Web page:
We are proud to announce the Pittsburgh premiere of the award-winning documentary Not the Last Butterfly, the story of a San Diego artist’s dream to work with communities to paint 1.5 million ceramic butterflies to remember the 1.5 million children murdered in the Holocaust.
There will be three screenings: Two on August 25 at 8:15 p.m. and 9:45 p.m. at The Holocaust Center (826 Hazelwood Avenue, Pittsburgh, PA 15217), and one on August 26th at 1 p.m. at The Hollywood Theater (1449 Potomac Road, Dormont, PA, 15216). Cheryl Rattner Price, founder and Executive Director of the Butterfly Project, will be visiting from California and on site at all of the screenings to discuss the project and documentary with attendees.
The screenings at the Center will also feature the opening of our newest exhibit, which will display the art pieces made from all butterflies painted this summer at 23 libraries across Allegheny County. After the exhibit, the art pieces will be given to the participating libraries as permanent installations.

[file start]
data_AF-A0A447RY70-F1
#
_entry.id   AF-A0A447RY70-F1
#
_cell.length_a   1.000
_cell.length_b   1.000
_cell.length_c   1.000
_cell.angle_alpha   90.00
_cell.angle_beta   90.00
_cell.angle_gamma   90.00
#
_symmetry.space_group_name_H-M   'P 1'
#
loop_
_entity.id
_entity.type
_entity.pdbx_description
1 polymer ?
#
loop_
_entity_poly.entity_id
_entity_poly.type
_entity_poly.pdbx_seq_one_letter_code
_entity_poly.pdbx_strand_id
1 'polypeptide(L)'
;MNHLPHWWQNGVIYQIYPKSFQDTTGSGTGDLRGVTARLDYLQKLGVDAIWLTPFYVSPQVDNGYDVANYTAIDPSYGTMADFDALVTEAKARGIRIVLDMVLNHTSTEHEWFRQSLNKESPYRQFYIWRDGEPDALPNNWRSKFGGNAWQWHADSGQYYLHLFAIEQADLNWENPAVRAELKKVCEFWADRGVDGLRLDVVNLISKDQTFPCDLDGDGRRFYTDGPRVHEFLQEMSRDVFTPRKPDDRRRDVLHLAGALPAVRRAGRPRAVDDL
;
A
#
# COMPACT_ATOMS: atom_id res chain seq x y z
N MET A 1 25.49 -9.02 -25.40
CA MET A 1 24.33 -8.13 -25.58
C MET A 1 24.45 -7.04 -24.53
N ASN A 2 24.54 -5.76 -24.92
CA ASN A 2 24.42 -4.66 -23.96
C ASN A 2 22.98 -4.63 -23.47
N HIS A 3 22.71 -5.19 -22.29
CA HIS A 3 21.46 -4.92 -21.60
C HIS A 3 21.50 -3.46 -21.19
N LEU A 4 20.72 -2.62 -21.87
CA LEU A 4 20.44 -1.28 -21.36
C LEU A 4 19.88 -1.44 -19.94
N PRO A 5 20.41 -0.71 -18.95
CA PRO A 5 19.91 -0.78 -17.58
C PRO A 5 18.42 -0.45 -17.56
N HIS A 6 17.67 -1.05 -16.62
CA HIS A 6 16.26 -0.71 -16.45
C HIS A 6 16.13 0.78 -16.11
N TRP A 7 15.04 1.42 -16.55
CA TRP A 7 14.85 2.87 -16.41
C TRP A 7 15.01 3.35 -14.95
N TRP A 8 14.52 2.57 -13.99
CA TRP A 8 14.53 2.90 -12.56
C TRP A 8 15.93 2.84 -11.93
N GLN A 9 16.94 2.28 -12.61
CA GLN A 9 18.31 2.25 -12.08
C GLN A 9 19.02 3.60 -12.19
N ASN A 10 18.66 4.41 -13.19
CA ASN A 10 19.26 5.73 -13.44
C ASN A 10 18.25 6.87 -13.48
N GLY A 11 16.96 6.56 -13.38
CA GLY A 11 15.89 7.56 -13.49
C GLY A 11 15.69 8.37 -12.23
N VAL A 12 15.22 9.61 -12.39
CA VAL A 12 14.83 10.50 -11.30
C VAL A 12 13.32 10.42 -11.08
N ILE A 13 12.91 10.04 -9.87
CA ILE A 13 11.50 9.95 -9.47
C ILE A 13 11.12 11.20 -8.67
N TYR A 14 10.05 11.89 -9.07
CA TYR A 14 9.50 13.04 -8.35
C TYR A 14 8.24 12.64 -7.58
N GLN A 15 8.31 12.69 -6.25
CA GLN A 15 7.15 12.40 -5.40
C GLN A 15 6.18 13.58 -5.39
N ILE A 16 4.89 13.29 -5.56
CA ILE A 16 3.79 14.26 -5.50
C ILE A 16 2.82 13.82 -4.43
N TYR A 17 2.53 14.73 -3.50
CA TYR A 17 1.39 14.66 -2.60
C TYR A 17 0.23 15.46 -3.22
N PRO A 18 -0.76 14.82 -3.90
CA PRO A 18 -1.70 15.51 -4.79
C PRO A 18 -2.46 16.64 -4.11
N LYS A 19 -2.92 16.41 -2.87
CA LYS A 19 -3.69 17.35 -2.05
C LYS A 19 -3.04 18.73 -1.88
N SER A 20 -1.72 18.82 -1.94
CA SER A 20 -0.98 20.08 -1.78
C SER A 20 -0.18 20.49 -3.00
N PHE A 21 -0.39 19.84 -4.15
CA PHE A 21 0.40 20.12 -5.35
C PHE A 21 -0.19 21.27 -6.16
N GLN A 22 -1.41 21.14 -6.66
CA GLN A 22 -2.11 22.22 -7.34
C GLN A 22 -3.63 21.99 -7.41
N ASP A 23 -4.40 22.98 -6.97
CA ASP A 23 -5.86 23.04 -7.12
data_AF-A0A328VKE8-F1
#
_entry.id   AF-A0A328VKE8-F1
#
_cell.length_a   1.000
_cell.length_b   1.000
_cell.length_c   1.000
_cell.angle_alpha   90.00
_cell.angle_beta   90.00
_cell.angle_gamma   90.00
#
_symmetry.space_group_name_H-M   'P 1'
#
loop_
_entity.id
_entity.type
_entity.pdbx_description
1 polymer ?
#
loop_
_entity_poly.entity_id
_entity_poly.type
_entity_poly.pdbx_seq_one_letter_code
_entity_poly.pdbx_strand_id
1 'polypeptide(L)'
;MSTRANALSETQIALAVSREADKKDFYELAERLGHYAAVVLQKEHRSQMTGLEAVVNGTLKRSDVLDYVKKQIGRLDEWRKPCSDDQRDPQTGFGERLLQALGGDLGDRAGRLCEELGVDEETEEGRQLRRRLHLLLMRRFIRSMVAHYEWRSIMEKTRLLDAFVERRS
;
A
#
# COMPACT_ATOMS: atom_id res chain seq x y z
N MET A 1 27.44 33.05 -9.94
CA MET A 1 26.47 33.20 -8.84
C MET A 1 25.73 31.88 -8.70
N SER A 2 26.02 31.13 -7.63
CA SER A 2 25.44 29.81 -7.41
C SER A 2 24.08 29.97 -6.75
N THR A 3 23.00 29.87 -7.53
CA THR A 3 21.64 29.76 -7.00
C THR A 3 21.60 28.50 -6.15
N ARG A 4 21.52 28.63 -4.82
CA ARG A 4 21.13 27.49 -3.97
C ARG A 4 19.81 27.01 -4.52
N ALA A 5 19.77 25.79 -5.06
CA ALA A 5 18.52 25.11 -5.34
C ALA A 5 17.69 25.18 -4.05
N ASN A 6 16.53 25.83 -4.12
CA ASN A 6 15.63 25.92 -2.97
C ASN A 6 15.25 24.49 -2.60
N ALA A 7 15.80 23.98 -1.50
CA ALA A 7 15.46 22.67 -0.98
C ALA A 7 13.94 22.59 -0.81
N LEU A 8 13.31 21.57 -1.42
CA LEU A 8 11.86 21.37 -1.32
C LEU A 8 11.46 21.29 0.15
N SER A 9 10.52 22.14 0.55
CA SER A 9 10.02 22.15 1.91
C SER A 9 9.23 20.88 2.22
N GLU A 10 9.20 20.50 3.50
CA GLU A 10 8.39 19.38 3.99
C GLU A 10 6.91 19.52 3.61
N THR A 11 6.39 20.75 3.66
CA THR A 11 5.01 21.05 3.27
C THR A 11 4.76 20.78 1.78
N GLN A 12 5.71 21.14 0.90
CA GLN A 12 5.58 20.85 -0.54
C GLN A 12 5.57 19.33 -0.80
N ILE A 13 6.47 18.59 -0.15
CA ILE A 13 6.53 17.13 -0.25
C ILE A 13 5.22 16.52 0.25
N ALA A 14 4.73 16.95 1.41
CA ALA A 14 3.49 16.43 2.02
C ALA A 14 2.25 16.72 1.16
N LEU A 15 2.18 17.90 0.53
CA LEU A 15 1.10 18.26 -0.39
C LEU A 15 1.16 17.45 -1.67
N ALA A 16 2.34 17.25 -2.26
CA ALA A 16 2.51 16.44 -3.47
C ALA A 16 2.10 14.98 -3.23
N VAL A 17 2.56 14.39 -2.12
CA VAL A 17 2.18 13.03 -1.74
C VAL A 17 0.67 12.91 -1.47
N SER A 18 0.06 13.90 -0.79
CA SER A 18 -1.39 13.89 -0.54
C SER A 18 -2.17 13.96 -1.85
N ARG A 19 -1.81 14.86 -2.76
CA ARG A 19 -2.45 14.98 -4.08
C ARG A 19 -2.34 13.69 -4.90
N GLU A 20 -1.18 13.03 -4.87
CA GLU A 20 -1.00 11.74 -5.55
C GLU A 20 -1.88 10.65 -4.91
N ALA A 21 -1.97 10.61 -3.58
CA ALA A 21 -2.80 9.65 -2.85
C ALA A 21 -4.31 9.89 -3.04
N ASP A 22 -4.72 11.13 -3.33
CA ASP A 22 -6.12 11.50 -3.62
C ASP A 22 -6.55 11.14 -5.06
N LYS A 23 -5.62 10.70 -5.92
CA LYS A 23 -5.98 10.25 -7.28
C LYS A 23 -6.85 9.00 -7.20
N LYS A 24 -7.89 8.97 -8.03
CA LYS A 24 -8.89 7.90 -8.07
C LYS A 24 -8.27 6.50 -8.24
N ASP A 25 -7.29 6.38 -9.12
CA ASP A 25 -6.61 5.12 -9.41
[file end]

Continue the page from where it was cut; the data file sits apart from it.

All screenings are free and open to the public.
NOT The Last Butterfly is the award-winning documentary film about The Butterfly Project, a non-profit organization who uses lessons of the Holocaust to educate about the dangers of hatred and bigotry through the painting of ceramic butterflies, permanently displayed around the world to memorialize each of the 1.5 million children who perished in the Holocaust. Paired with a meaningful lesson in history, handmade ceramic butterflies are counted collectively to reach our goal of 1.5 million butterflies displayed around the world, a global memorial symbolizing renewed life.
This summer, the Holocaust Center of Pittsburgh partnered with the Allegheny County Library Association to offer painting sessions for the Butterfly Project at libraries around the county. The Holocaust Center is proud to be bringing Cheryl Rattner Price, Co-Founder and Executive Director of The Butterfly Project, to Pittsburgh to attend all screenings. Cheryl will discuss the project and documentary with attendees after the screening.
This program is made possible thanks to funding from the Heinz Endowments and The Lipsman Family Endowment Fund in memory of Charles and Hilda Lipsman.